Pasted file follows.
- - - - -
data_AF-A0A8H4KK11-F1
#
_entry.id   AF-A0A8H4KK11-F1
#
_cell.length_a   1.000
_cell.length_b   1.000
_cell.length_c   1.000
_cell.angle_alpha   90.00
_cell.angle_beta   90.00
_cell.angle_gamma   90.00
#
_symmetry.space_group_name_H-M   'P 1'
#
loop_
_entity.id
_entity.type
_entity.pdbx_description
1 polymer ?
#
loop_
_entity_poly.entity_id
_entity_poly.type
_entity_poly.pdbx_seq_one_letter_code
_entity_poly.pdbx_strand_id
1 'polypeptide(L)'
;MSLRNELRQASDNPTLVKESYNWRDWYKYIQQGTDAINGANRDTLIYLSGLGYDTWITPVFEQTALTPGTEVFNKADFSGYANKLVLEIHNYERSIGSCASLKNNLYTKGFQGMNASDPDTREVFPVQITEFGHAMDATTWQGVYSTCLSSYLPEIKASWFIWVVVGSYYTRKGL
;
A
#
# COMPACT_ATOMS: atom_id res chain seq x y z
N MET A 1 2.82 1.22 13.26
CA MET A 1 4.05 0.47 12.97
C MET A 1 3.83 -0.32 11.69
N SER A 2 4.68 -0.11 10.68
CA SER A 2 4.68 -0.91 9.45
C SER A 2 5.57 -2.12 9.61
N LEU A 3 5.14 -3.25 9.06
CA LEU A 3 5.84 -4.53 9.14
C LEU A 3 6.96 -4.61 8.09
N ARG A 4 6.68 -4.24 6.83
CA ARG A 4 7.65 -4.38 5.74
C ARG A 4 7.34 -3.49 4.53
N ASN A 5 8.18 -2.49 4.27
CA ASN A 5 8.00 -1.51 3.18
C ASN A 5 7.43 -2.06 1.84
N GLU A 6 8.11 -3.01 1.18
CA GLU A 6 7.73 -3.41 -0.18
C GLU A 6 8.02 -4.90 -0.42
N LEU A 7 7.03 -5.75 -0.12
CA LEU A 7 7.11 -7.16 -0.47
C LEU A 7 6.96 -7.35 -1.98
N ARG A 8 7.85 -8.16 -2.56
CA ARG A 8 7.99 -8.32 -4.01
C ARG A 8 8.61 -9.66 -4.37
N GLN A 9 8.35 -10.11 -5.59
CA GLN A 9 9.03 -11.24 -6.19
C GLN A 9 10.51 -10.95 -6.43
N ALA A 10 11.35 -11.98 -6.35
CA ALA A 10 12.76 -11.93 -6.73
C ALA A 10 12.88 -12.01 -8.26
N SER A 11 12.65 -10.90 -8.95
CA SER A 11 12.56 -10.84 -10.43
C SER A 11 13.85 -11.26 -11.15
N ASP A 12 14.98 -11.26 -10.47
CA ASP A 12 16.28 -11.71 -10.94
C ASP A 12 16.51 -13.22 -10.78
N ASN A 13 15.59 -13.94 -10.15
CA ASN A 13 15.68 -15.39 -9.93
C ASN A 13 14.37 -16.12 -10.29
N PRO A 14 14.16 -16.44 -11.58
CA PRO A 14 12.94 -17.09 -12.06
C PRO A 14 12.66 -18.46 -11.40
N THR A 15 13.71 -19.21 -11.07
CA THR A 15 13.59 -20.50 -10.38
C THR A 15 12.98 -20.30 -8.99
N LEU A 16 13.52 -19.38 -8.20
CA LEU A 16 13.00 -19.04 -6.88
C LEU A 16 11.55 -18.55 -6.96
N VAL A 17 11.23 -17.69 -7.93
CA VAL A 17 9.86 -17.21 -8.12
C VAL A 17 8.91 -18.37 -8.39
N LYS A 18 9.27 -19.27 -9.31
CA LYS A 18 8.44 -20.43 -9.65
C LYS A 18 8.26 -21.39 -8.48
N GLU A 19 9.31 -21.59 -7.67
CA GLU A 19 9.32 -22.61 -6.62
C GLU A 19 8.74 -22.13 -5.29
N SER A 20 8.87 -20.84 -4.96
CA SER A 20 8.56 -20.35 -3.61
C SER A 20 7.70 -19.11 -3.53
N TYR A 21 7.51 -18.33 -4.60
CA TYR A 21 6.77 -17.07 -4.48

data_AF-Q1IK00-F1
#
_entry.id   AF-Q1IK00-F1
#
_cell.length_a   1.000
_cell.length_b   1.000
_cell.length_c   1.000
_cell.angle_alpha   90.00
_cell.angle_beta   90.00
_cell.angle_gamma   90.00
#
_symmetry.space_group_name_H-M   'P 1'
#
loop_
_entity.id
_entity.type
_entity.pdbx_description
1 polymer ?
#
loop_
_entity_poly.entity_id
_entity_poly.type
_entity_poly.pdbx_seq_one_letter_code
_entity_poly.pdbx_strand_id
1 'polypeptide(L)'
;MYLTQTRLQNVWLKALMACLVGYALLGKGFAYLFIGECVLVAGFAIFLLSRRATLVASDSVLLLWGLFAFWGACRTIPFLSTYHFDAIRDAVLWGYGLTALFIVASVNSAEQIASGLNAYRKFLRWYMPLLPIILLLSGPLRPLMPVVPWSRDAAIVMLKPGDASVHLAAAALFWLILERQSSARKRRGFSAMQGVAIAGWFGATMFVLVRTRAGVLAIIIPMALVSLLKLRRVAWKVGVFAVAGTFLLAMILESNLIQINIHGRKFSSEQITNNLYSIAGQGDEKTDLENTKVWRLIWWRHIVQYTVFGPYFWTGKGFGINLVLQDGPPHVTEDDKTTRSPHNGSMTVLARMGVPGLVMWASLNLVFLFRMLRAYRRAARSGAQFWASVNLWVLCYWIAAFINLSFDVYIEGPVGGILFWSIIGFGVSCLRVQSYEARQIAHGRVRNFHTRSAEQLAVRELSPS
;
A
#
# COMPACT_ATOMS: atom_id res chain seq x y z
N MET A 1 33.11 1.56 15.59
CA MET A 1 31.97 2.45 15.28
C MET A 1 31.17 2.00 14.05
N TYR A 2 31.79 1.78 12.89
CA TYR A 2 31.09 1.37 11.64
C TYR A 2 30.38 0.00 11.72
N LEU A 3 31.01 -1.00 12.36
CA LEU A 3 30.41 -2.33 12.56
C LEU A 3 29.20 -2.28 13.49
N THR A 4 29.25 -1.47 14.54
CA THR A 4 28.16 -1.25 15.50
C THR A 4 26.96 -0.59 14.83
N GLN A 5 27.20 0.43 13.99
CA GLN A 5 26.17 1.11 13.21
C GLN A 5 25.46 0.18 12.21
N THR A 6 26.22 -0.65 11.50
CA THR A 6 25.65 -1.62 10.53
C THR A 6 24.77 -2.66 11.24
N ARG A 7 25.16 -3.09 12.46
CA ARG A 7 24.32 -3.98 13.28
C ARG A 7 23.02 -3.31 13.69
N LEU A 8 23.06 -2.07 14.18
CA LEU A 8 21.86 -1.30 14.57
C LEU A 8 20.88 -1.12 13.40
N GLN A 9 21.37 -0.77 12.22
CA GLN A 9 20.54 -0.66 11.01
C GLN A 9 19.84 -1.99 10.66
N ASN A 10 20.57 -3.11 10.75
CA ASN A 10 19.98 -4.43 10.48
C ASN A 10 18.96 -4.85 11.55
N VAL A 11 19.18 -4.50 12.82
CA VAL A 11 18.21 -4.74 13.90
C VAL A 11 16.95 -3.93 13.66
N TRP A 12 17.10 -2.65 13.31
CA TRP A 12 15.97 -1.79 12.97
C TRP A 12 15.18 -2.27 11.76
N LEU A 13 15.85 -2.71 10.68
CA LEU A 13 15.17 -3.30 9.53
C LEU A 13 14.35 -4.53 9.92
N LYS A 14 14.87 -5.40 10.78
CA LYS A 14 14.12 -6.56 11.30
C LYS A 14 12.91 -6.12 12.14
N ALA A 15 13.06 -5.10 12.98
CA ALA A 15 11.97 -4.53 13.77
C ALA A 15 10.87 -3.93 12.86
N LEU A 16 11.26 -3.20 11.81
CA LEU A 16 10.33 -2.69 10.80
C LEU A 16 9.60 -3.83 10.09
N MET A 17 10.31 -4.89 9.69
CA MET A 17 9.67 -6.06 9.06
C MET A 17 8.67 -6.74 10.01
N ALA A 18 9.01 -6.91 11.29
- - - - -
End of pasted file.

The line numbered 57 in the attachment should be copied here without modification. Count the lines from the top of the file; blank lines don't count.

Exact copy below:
C GLN A 9 10.51 -10.95 -6.43